16th Photographic Squadron
|16th Photographic Squadron|
|Branch||United States Air Force|
|Winston P. Wilson|
|16th Photographic Squadron emblem|
The 16th Photographic Squadron is an inactive United States Air Force unit. It was last assigned to the 55th Reconnaissance Group at MacDill Field, Florida, where it was inactivated on 16 December 1947.
During World War II, the squadron was engaged in photographic mapping of areas of the United States.
The squadron was reactivated at MacDill Field, Florida in June 1947 as part of Strategic Air Command's 55th Reconnaissance Group during 1947, was engaged in SAC's strategic mapping mission. The squadron was inactivated in December and its personnel and equipment were transferred to the 16th Photographic Reconnaissance Squadron (Special), which was simultaneously activated.
- Constituted as the Photographic Laboratory Unit on 27 March 1942
- Activated on 31 March 1942
- Redesignated 16th Photographic Squadron on 8 July 1942
- Redesignated 16th Photographic Unit on 1 February 1943
- Redesignated 16th Domestic Photographic Unit on 11 August 1943
- Redesignated 16th Photographic Squadron on 14 September 1944
- Inactivated on 16 December 1947
- 1st Mapping Group (later Photographic Charting Group), 31 March 1942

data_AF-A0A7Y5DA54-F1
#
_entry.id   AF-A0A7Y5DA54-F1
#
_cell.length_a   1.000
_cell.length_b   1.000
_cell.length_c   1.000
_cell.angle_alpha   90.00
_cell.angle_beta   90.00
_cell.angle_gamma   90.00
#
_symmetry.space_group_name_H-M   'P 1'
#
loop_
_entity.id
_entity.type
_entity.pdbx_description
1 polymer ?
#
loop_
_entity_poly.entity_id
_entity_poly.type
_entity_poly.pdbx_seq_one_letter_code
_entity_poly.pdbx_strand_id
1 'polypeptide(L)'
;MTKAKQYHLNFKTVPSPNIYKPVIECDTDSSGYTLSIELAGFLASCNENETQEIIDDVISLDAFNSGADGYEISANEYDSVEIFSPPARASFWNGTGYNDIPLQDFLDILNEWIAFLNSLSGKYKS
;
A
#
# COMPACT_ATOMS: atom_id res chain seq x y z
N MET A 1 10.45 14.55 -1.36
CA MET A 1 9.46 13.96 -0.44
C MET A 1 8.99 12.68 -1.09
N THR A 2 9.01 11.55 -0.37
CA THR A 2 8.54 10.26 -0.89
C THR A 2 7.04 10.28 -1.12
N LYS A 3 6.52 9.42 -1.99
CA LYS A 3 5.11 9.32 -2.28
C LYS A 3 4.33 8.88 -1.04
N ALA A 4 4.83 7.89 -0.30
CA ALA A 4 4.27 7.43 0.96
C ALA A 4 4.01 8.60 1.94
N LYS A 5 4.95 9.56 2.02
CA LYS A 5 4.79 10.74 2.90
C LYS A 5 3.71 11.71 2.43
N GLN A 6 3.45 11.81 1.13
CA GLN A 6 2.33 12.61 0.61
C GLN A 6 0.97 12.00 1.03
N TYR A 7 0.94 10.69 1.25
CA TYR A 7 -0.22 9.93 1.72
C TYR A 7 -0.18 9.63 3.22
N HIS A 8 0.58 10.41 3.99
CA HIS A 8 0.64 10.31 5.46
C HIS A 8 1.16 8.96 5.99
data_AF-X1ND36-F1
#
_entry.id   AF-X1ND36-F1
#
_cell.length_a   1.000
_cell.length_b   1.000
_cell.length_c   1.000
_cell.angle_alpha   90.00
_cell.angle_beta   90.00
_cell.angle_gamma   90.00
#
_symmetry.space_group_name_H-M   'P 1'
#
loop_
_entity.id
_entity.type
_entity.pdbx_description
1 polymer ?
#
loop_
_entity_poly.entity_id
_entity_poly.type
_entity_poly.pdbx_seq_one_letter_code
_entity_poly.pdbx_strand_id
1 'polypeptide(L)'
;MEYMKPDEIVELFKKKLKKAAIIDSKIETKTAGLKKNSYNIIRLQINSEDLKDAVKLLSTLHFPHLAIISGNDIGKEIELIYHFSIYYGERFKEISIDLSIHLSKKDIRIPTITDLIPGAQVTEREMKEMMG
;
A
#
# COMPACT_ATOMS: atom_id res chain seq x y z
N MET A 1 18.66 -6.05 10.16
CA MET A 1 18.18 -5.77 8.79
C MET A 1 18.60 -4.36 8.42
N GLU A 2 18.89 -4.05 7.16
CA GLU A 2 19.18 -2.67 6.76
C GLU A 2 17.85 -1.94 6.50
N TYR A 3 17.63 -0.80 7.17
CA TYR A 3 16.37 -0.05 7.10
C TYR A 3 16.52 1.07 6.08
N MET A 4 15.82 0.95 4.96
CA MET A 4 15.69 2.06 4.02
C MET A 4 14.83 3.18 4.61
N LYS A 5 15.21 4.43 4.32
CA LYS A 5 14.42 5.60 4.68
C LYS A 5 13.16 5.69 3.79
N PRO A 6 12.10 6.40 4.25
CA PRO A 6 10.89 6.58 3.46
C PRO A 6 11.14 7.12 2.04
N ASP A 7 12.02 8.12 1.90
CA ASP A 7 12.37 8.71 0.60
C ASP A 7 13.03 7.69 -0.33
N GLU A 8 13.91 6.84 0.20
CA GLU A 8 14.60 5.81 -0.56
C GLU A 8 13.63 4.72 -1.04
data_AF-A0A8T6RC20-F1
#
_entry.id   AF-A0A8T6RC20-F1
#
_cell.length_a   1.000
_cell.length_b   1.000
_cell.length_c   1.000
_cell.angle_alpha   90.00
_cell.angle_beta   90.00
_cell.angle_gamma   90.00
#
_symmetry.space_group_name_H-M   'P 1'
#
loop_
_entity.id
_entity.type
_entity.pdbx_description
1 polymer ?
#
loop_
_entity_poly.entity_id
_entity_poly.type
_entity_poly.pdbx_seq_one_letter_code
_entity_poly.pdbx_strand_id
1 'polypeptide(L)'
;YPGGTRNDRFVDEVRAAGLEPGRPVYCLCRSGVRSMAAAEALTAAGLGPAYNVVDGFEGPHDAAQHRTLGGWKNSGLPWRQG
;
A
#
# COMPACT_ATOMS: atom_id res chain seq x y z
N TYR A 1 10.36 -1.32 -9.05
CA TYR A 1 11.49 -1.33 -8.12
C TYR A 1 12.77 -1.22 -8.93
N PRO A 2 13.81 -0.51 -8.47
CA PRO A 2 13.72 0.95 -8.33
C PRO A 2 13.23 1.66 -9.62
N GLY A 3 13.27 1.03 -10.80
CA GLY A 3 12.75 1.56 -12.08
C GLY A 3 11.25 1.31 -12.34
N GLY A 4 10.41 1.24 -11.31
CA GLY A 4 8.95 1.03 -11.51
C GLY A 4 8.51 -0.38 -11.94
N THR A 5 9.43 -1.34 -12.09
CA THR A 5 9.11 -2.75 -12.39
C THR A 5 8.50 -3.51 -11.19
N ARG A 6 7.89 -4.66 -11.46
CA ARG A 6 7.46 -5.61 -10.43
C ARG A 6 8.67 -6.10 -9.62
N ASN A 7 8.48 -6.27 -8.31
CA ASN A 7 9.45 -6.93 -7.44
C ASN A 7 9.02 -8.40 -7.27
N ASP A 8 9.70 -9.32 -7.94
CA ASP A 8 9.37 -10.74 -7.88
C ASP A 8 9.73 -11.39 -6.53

- 11th Photographic Group, 1 December 1943
- 311th Photographic Wing, 5 October 1944
- 55th Reconnaissance Group, 1 Jun 1947 - 16 Dec 1947
- Bolling Field, District of Columbia, 31 March 1942
- Buckley Field, Colorado, 1 November 1944
- MacDill Field, Florida, 19 April 1946 - 16 December 1947
- Cessna C-78 (1942-1944)
- C-45/F-2 Expeditor (1944-1947)
- B-17/F-9 Flying Fortress (1946-1947)
- Included OA-10, OA-13, and AT-7 (1943)
- AT-11 Kansan (1943-1946)
- F-13 Superfortress (1947)
|American Theater without inscription||31 March 1942 – 2 March 1946|||
Approved on 29 March 1943 the squadron's emblem depicts a white caricatured bear, grasping a black aerial camera proper in the forepaws, leaning and diving through space on a wing section formed by two red planks, and having a tail rudder of the same material, all emitting white speed lines and mounted on a light blue disc.
- Maurer, Maurer, ed. (1982) . Combat Squadrons of the Air Force, World War II (reprint ed.). Washington, DC: Office of Air Force History. ISBN 0-405-12194-6. LCCN 70605402. OCLC 72556.